Economy has Californians saving more, spending less
By Darrell Smith
Published: Tuesday, Jul. 13, 2010 – 12:00 am | Page 6B
A new survey by lending giant Citi shows Californians remain uneasy about the economy and job growth; favor spending cuts over tax increases to close the state’s budget deficit; and are spending less and saving more.
Citi’s California Pulse quarterly survey of 1,200 residents released today asks Californians their remedies for curing the state’s budget crisis, and for their take on the state’s economy and California’s future.
Californians put little stock in today’s economy or job market – more than nine in 10 believe the state’s economy is just fair or poor, the survey reveals; 65 percent say the state is on the wrong track.
The results “demonstrate that Californians still see challenging conditions in the state,” said Rebecca Macieira-Kaufmann, president of Citibank California. She said Californians are changing their habits in response by saving more and reinvesting in their homes.
“They’re taking responsibility for their spending and making a decision to take action against the economy,” Macieira-Kaufmann said. “Their personal situation is still challenging.”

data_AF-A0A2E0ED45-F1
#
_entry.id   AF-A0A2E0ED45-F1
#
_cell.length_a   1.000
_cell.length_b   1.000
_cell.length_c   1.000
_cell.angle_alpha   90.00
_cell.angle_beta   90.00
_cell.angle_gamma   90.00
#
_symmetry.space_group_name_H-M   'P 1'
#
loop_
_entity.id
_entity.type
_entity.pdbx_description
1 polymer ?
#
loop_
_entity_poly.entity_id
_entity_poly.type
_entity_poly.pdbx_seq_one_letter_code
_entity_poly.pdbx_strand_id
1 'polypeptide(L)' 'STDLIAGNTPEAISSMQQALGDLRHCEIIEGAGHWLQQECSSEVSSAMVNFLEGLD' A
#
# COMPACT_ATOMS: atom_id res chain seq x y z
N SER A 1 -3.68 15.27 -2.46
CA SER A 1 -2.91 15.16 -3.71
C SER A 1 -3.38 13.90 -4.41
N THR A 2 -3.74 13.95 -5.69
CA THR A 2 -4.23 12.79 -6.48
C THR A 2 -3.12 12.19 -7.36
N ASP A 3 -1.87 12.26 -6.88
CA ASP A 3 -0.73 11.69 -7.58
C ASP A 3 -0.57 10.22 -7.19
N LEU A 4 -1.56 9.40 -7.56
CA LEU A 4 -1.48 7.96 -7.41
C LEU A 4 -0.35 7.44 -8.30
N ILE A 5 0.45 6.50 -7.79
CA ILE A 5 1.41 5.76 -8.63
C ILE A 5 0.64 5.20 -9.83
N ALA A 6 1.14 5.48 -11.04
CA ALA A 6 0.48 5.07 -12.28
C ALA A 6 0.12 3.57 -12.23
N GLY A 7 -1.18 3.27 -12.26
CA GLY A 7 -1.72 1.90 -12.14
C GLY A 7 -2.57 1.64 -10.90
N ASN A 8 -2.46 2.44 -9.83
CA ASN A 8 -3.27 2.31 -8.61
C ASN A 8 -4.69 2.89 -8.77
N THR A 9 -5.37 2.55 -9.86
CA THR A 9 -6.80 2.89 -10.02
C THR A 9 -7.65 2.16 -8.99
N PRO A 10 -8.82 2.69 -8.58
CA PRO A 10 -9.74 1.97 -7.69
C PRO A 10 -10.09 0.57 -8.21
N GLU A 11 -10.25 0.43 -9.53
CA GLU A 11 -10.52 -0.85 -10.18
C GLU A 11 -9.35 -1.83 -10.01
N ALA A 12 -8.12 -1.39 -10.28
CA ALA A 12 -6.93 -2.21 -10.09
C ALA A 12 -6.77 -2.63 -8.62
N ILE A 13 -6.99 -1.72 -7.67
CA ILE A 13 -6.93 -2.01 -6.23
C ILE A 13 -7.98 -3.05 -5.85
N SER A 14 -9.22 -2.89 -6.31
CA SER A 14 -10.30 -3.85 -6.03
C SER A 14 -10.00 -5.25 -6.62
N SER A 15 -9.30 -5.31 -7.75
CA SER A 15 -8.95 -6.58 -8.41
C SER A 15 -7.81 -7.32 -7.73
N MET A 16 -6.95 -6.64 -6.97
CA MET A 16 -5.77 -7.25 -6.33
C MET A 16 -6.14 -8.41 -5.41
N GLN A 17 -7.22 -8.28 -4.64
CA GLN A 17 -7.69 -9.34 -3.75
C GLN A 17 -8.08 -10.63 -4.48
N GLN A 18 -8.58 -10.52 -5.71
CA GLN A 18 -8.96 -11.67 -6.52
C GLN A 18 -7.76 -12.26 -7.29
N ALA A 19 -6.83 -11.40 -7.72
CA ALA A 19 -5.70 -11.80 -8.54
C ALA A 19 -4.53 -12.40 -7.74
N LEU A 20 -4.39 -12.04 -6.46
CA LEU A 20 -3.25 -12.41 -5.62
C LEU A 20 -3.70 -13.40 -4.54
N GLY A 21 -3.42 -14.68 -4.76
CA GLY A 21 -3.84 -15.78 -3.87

Younger Californians, those ages 18 to 34, say they are more optimistic that economic conditions will improve in the next 12 months. However, just 44 percent of Californians ages 44 to 55 thought better times were ahead.
Nearly 60 percent of all those who responded said the job market will brighten over the next year.
Cutting state spending was on Californians’ wish list – 54 percent said that was the better way to lift the state out of its budgetary mess rather than imposing tax hikes.
If respondents were in charge, they would cut spending rather than raise taxes – but would reject cuts to education, health care and public safety.
Tobacco and sodas were fair game, though, with 77 percent of respondents saying they would raise taxes on tobacco and 70 percent saying they would boost taxes on sugary soft drinks.
When it comes to their own lives, Californians appear to be holding onto their cash until the economy improves. The majority – 63 percent – are sitting out the summer travel season, traveling closer to home or spending less if they travel at all.
“Until consumers see more evidence in their everyday lives that conditions are improving, consumers will likely spend less and save more,” Macieira-Kaufmann said.
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